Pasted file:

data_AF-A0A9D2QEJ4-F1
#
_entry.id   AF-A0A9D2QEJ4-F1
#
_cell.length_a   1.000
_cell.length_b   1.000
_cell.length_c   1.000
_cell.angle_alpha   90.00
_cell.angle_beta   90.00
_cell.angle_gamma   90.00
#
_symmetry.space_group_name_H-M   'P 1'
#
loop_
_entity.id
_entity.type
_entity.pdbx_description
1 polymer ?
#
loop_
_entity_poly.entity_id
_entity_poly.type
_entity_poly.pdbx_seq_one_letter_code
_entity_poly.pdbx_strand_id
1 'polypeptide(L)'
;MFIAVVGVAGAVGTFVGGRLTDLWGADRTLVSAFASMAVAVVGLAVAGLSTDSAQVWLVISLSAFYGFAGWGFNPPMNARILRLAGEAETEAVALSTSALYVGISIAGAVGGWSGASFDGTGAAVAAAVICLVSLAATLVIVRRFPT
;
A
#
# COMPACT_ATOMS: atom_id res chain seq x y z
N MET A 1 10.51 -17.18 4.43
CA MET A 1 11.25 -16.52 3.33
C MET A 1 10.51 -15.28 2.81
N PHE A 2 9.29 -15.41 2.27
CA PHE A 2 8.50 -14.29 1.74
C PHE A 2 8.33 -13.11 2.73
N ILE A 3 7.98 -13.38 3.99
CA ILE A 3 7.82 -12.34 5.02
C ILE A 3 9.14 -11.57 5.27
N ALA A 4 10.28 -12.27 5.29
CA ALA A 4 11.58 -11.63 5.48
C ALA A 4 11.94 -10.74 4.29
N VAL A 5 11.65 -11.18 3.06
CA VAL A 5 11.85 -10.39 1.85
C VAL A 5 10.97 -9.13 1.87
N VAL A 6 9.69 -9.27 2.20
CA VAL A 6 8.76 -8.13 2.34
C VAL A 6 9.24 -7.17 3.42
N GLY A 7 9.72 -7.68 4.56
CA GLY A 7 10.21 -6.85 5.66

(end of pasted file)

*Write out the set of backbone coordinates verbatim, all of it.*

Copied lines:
data_AF-A0A9D2QEJ4-F1
#
_entry.id   AF-A0A9D2QEJ4-F1
#
_cell.length_a   1.000
_cell.length_b   1.000
_cell.length_c   1.000
_cell.angle_alpha   90.00
_cell.angle_beta   90.00
_cell.angle_gamma   90.00
#
_symmetry.space_group_name_H-M   'P 1'
#
loop_
_entity.id
_entity.type
_entity.pdbx_description
1 polymer ?
#
loop_
_entity_poly.entity_id
_entity_poly.type
_entity_poly.pdbx_seq_one_letter_code
_entity_poly.pdbx_strand_id
1 'polypeptide(L)'
;MFIAVVGVAGAVGTFVGGRLTDLWGADRTLVSAFASMAVAVVGLAVAGLSTDSAQVWLVISLSAFYGFAGWGFNPPMNARILRLAGEAETEAVALSTSALYVGISIAGAVGGWSGASFDGTGAAVAAAVICLVSLAATLVIVRRFPT
;
A
#
# COMPACT_ATOMS: atom_id res chain seq x y z
N MET A 1 10.51 -17.18 4.43
CA MET A 1 11.25 -16.52 3.33
C MET A 1 10.51 -15.28 2.81
N PHE A 2 9.29 -15.41 2.27
CA PHE A 2 8.50 -14.29 1.74
C PHE A 2 8.33 -13.11 2.73
N ILE A 3 7.98 -13.38 3.99
CA ILE A 3 7.82 -12.34 5.02
C ILE A 3 9.14 -11.57 5.27
N ALA A 4 10.28 -12.27 5.29
CA ALA A 4 11.58 -11.63 5.48
C ALA A 4 11.94 -10.74 4.29
N VAL A 5 11.65 -11.18 3.06
CA VAL A 5 11.85 -10.39 1.85
C VAL A 5 10.97 -9.13 1.87
N VAL A 6 9.69 -9.27 2.20
CA VAL A 6 8.76 -8.13 2.34
C VAL A 6 9.24 -7.17 3.42
N GLY A 7 9.72 -7.68 4.56
CA GLY A 7 10.21 -6.85 5.66